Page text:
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It is not Good for the Man to be Alone.
In the reflection on today’s Mass readings, I decided to focus on the first reading:
The LORD God said:
"It is not good for the man to be alone.
I will make a suitable partner for him."
So the LORD God formed out of the ground
various wild animals and various birds of the air,
and he brought them to the man to see what he would call them;
whatever the man called each of them would be its name.
The man gave names to all the cattle,
all the birds of the air, and all the wild animals;
but none proved to be the suitable partner for the man.
So the LORD God cast a deep sleep on the man,
and while he was asleep, he took out one of his ribs
and closed up its place with flesh.
The LORD God then built up into a woman
the rib that he had taken from the man.
When he brought her to the man, the man said:
"This one, at last, is bone of my bones
and flesh of my flesh;
this one shall be called 'woman,'
for out of 'her man' this one has been taken."
That is why a man leaves his father and mother
and clings to his wife,
and the two of them become one flesh.
The man and his wife were both naked, yet they felt no shame.
It seems that our modern culture has become so detached from human nature, and nature itself, that the simplicity and profundity of this passage is, perhaps, lost. We live in a world where the individual is too often the center of his or her own universe. The family is devalued. No fault divorce has shredded the fabric of society. Children are only valued if they are wanted. More and more, people are “spiritual but not religious, and if they are Christian, many reject “organized religion.” Simple biology is rejected in favor of innumerable psychological concepts of “gender” and “identity.” The institutions of society and government that we relied on only a generation or two ago are proving themselves untrustworthy and even harmful, as the general values of Christian culture are abandoned.
We often spend more time online, living in a virtual world, than conversing with our real-life friends and family or engaging with the physical world. Now, there is much talk of transhumanism… a concept in which artificial intelligence would surpass human intelligence, man would essentially build his own god and live forever in the cyber universe. The body and soul, the family, community and even the physical world are being devalued in favor of a dystopian future devoid of even the concept of love.
This is not new. This was the very sin of Satan, who rejected the authority of God and wished to create his own loveless, individualistic existence and set himself up as God. This has been repeated among men throughout history, from the Tower of Babel to Communism. Now, it is fueled not so much by ideology but by hedonism and ignorance. As Mark Twain may have said, “History does not repeat itself, but it often rhymes.”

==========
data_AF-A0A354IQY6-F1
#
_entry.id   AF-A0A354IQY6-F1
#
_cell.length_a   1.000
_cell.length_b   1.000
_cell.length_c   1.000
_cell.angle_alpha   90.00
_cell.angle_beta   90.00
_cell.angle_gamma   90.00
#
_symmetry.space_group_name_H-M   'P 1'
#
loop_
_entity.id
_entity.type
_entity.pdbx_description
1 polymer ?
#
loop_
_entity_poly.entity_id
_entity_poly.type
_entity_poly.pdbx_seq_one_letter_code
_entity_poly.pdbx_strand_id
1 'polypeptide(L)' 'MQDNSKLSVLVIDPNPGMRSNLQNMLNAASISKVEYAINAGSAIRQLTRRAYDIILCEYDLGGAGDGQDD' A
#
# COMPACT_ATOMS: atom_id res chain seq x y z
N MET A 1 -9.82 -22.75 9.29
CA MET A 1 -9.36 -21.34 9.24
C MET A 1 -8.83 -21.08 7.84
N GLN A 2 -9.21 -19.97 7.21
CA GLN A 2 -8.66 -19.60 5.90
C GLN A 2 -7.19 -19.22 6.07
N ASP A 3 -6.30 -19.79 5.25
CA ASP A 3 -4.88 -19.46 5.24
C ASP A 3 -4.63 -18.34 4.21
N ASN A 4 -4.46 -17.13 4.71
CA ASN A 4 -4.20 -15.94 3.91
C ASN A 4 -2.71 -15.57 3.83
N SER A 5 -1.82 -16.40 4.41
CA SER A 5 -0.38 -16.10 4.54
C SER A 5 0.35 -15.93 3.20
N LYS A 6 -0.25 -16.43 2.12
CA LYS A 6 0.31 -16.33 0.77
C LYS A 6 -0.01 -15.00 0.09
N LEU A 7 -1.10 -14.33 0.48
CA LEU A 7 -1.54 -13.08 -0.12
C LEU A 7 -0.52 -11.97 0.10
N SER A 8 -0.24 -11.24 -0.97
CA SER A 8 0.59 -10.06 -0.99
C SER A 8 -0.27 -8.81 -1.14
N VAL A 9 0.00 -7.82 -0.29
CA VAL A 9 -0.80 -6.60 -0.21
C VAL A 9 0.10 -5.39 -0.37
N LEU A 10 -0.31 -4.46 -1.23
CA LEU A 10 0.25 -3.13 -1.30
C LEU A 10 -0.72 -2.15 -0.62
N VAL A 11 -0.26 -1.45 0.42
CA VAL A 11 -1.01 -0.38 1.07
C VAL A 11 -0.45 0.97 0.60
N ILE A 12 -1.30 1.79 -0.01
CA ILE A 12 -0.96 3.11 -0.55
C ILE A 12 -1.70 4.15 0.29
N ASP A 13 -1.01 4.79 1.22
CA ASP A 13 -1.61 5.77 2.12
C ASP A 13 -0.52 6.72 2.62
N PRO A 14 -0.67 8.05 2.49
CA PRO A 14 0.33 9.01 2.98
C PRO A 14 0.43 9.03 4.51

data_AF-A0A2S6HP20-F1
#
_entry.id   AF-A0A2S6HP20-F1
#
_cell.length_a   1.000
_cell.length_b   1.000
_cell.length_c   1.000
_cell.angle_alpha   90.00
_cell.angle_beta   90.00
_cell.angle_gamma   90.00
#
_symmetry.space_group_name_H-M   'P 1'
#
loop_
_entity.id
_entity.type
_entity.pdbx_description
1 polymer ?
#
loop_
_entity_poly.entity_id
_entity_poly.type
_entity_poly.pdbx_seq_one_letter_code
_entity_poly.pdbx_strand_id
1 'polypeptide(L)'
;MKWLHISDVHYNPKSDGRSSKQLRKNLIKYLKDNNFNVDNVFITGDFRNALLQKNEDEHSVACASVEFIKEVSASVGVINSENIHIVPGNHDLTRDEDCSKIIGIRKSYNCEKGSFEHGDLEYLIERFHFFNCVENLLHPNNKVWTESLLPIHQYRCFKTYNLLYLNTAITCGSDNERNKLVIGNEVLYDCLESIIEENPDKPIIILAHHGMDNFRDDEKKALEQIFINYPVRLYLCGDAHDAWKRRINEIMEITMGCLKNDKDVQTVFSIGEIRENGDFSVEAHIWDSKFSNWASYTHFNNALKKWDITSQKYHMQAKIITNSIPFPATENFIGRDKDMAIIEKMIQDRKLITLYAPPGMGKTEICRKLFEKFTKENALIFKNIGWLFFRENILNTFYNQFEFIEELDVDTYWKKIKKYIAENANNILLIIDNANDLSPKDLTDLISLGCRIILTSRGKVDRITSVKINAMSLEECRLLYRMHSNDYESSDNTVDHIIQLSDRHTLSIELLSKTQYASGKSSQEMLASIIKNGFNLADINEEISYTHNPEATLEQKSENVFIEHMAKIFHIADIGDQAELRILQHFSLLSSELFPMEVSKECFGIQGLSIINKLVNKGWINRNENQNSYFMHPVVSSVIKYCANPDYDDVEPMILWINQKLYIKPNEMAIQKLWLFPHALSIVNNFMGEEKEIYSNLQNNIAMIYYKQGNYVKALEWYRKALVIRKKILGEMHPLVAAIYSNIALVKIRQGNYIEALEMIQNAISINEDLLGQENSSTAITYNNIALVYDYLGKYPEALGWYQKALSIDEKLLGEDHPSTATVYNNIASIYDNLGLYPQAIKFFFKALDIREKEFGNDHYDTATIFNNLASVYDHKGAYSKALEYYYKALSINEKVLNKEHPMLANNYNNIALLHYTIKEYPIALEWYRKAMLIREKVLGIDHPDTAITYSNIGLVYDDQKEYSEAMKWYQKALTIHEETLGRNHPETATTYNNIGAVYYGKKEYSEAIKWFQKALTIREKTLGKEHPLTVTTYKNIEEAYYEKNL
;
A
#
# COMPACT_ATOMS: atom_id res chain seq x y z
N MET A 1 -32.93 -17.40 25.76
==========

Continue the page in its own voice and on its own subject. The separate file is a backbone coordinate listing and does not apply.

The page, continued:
“It is not good for the man to be alone.” Man is a social animal. Simply put, we need community. More than that though, we need family. The nature of the Trinity is described as a family. Our Lord tells us of God, the Father. But, in modern America, only about half of kids even know their father or have been raised with a father in the home. We are told in the Ten Commandments, “Honor thy father and thy mother…” Yet, how many kids grow up with the knowledge that their mother considered aborting them, or are raised more by day care and public schools than their own mother? We are brothers and sisters in Christ, but many have no concept of family. We are called to the Body of Christ, but many have no concept of love and unity.
As from the beginning, God provides us the answer. We can find community in the Catholic Church. We may even be able to find a spouse. But too often, a Catholic Church is not a friendly place for single people. We go silently into Mass and watch all the families sitting together on the pews. No one speaks to us except during the mandatory greeting. There is no opportunity to speak to anyone. After the Eucharist, people begin leaving as quickly as they can. Most, often all, ministries and Church activities are focused on children, young families, religious education and the elderly. If your parish is in a college town, they may have something for college students. But, that is about it… especially if you work for a living. Most things one could be involved in happen on weekdays and during working hours. Most volunteer opportunities seem to be oriented around the retired. At least, that has been my experience.
We often hear homilies about how we must do more to help those who are lonely and either socially, economically or physically isolated. Certainly we should. But, what of those who are sitting on the pews with us? While I would not wish for a Catholic Church to become a social club, and I appreciate the reverence during Mass, I think the family of God may be much better served if our Church encouraged more fellowship. Yes, we should go out and do charitable acts. But, there is nothing wrong with an old-fashioned church picknick either!
Regardless, the old adage that a kind word and a smile cost nothing still rings true. Whether at church or in a grocery store (etc.), turn off your phone. Seriously, PLEASE turn off your phone during Mass! But, wherever you are, keep an eye out for opportunities to speak to strangers. The basic acts of human kindness such as saying hello and talking to a lonely person are also charity…. and frankly, they are the holding this world together.